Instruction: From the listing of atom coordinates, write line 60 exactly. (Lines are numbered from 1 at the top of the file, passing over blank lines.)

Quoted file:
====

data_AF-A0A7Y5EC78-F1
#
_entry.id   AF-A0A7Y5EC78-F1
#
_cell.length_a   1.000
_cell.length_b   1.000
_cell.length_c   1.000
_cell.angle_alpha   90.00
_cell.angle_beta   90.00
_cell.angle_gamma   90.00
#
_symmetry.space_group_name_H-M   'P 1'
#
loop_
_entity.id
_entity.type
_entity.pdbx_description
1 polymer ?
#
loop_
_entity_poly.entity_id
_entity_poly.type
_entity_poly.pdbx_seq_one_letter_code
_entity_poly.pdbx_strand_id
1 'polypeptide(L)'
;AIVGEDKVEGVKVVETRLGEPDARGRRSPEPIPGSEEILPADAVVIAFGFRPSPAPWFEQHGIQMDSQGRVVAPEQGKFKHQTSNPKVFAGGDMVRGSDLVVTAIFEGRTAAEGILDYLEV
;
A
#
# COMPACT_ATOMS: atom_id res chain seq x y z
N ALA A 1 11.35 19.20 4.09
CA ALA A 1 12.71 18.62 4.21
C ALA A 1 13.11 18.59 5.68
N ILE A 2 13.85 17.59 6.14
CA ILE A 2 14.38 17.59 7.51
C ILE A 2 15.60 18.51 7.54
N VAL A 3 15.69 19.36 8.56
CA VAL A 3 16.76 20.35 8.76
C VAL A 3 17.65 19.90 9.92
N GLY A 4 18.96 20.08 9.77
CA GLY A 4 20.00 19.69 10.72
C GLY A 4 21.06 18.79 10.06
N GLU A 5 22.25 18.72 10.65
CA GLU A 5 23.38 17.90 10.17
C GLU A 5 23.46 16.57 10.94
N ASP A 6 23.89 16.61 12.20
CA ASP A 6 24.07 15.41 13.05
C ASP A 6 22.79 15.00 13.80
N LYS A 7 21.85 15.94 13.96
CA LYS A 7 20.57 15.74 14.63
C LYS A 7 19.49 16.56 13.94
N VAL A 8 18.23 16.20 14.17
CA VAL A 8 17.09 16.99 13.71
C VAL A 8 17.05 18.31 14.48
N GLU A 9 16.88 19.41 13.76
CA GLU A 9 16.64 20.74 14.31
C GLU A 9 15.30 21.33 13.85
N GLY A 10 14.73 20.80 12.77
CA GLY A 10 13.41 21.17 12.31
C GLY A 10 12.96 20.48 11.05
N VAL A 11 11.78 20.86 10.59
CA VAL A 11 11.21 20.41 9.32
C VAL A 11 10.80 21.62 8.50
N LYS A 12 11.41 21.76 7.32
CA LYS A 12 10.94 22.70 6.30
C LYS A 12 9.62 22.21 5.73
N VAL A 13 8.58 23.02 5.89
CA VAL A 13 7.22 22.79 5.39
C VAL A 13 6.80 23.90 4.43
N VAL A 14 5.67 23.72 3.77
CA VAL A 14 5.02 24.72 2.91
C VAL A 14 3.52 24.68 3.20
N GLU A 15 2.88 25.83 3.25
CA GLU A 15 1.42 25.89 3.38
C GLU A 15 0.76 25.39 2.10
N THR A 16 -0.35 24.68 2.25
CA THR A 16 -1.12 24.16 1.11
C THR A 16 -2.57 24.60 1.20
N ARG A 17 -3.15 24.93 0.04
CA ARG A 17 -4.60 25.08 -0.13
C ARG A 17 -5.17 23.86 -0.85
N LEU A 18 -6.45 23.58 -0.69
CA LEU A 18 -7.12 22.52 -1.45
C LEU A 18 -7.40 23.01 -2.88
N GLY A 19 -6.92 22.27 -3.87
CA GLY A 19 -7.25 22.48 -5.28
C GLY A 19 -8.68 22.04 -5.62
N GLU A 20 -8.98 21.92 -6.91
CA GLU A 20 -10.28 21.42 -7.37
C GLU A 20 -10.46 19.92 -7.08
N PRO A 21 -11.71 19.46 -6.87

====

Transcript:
C GLY A 10 12.96 20.48 11.05